Two days, one spent with visiting friends now living in Plettenberg Bay and we were on our way again. This time to Queenstown.

 

Leopard tortoises drinking from puddles of freshly fallen rain

Leopard tortoises drinking from puddles of freshly fallen rain

 

Karoo National Park

Karoo National Park

 

500+km from Tsitsikamma, over some badly potholed roads, especially  after passing Grahamstown, the drive was made worse by a clutter of roadwork-driven stop and go delays. Each one required a 10/15 minute wait, making a long day even longer.

 

It’s also not really the best place to discover that your B&B belongs to a trucking company and hidden amongst the heavy vehicles parked on the site is what looks suspiciously like a stolen BMW 3 series, it’s door and ignition locks drilled out, its cream coloured interior in a pretty bad state of repair.

 

The welcome-lady who was due to let us in and show us around had gone off to have her hair done. Fortunately, the owner gave us instructions as to how to get in via the back door without a key and we were well settled in by the time said lady returned, with head intricately braided and apology noticeably absent.

 

Despite being called a B&B, breakfast was not only absent the following morning, but we were chided for not telling our hostess that we wanted breakfast and were willing to pay a healthy add-on to the (we were fast discovering) ridiculously high room rate, for our repast.

 

We weren’t, left earlier than we had planned and dined at the local Mickey-Dees, amongst the last of the homeward bound party-stragglers from the night before.

 

Kruger Park sunrise

Kruger Park sunrise

 

Bourke's Luck Potholes

Bourke’s Luck Potholes

 

Neither of us had been to Bethlehem before and our first visit bought yet more accommodation hassles. This time, we arrived to find that we aren’t even expected, despite my holding a printed booking sheet confirming our overnight as well as proof of payment for what was now clear – a ridiculously high room rate.

 

Our dozy host blames the booking agency (but later in the day, ‘fesses-up that the mistake was his – he’d forgotten). We are shuffled into the only room clean enough for visitors. It is small and while quite comfortable, but discover that once again, breakfast is an add-on.

 

Fortunately, there’s a shopping mall across the road and our first Spur steak dinner of the trip follows.

 

Kruger Park sunrise

Kruger Park sunrise

 

Tsitsikamma sunset

Tsitsikamma sunset

 

On to Hazyview.

 

We’re making these 500-odd km days to ease the stress and strain of long distance travel – so we can better deal with and take appropriate action to avoid the appalling driving we’re encountering as much as ensuring we’re not permanently crippled when we unfold ourselves from the car. And, don’t be fooled, while 500km suggests a five hour(ish) drive, in reality, it turns out to be between six to seven hours whether you want it to or not.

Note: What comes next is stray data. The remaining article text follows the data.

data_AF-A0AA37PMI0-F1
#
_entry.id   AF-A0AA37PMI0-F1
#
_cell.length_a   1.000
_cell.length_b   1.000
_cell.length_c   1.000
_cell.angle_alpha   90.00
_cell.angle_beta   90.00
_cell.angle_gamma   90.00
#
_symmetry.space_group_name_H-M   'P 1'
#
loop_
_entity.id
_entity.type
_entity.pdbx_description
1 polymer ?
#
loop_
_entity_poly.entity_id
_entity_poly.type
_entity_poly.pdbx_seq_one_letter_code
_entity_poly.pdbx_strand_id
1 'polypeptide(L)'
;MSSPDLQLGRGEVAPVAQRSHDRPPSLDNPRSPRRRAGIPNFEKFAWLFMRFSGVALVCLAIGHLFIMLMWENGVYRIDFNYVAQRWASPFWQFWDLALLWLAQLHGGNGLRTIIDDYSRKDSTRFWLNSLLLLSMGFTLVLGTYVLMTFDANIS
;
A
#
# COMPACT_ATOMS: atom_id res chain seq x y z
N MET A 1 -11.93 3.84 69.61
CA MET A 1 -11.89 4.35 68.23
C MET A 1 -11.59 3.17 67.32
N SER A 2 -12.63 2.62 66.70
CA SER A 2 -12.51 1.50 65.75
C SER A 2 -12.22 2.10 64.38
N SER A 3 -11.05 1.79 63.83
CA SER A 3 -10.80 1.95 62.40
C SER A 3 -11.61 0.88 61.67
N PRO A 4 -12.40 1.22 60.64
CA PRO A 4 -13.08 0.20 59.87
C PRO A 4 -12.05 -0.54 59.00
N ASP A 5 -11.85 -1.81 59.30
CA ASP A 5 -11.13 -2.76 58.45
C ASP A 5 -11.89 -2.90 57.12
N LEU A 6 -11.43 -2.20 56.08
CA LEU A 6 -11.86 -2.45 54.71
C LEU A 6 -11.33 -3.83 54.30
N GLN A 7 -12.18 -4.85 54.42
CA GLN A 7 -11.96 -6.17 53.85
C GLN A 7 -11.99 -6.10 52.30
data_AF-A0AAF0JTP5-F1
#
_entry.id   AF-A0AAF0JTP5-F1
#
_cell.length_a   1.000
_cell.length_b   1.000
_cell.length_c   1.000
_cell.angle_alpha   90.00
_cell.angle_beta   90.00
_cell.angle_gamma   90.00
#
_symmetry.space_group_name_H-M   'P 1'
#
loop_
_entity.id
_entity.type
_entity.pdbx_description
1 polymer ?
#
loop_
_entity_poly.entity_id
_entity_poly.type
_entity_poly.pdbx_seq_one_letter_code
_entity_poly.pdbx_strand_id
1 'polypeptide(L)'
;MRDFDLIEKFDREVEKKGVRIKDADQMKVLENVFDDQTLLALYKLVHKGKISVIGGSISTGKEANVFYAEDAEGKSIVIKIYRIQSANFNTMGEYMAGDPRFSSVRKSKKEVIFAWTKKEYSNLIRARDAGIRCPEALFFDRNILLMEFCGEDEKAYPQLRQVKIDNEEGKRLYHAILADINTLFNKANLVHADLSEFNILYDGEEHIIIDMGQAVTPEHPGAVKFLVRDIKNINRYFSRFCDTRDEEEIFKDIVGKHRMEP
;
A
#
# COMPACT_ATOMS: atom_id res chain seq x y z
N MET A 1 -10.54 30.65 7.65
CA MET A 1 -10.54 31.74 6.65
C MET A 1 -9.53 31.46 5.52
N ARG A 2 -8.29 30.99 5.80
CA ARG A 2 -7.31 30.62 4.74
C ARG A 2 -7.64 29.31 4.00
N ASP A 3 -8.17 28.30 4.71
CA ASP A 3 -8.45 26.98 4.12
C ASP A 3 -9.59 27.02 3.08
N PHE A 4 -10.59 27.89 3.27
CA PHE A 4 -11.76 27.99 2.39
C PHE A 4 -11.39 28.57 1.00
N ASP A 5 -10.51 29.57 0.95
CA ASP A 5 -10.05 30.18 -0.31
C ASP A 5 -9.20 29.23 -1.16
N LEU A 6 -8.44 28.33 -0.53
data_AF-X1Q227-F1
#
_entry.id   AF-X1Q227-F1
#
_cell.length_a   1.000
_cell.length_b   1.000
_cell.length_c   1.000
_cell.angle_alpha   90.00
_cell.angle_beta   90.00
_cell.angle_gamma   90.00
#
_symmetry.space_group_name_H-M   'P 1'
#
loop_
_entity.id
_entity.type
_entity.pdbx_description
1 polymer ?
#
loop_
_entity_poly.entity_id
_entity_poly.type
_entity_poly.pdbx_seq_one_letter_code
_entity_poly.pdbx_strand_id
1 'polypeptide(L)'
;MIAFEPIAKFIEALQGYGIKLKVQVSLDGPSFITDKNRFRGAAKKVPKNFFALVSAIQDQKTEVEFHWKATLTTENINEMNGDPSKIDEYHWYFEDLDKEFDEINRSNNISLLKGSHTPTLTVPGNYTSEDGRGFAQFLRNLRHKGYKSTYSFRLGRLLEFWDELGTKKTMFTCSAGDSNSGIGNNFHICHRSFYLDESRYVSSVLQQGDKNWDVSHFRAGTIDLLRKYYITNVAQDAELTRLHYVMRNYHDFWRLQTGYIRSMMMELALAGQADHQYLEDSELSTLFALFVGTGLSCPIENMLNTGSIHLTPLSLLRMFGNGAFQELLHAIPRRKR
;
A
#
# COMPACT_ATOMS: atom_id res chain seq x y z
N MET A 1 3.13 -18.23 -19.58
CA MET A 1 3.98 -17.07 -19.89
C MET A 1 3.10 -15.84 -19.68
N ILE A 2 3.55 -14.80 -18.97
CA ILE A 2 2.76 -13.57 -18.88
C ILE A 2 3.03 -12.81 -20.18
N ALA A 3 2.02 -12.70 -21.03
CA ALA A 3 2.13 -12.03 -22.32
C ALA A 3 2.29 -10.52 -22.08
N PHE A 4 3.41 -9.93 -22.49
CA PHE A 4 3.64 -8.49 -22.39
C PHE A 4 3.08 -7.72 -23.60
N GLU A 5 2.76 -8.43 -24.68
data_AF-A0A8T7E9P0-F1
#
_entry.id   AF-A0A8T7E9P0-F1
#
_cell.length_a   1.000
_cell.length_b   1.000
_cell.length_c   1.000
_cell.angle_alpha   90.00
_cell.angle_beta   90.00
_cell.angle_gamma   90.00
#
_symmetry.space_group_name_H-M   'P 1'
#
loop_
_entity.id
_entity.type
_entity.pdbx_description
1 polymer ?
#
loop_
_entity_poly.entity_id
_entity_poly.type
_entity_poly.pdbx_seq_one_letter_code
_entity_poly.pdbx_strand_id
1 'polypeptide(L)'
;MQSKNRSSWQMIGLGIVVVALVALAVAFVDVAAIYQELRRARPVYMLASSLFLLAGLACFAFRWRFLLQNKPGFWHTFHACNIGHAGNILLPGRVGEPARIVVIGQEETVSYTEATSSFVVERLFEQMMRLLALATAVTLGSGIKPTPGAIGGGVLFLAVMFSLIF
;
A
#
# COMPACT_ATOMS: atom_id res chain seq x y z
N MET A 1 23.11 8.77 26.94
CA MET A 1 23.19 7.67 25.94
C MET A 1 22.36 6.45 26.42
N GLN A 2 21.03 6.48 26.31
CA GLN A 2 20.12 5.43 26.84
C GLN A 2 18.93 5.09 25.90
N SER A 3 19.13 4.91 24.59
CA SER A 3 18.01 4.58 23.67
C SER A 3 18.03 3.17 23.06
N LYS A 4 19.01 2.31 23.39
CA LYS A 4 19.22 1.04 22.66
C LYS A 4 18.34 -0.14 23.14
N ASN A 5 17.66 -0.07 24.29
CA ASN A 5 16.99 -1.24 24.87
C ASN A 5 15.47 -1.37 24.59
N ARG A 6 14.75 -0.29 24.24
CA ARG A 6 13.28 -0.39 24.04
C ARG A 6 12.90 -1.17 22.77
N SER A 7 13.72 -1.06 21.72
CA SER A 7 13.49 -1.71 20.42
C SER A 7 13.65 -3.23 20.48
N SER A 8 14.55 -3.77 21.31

Hazyview – at last! A B&B that is expecting us. Our room is ready and pleasant, as is the welcome. Breakfast is extra, however.

 

That wasn’t so much a surprise by now. We once again elected to buy something good en route and stopped at Bourkes Luck Potholes to see nature’s strange rock sculptures and en route back to the car, discovered an excellent toasted (egg and bacon) sarnie at the café, to top off our brief visit.

 

Morning at Tsitsikamma

Morning at Tsitsikamma

 

Giraffe, Kruger Park

Giraffe, Kruger Park

 

We think that it’s about twenty years since we’ve been to the Kruger Park and booked at the Bateleur Bush Camp, which has been opened since our last visit. It’s midway between Phalaborwa and Punda Maria, deep in the bush, at the end of an untarred, private road.

 

In short, spectacular. The game was lined up at the roadside to welcome us back with a cheery wave, the weather cooled after our 35C arrival and all-in the Park was as brilliant as it always was. We’ll be back.

 

As in arriving, leaving the Park is slow – 40km/h on the sand roads and 50km/h on tar meant nearly three hours to the gate and then an eyeballl to eyeball argument with the satnav which wanted to take us to our friends bush house near Bela Bela (formerly Warmbaths) via Giyani. South African readers will understand…

 

In a sublime blend of insistence and disregard, we ignored the bleating guidance system and headed for Louis Trichard (now Makhado) and the N1. Another journey of Oscar-ready driving performances, although in reality, most were only suitable for a Darwin Award. Even the national road made no difference to the performance. Many drivers added to their display of driving skills by tossing bags of litter along the way. Is this a modern day trail of rubbish, clearly replacing Hansel and Gretel’s breadcrumbs, to assist them in finding their way home again? Sadly, that won’t work; there’s so much crap strewn along our roads that it would be impossible to find one’s way anywhere by that method.

 

Eventually, Bela Bela hove into sight and with it, two blissful days of no-driving sanity at Mabalingwe, amongst old friends.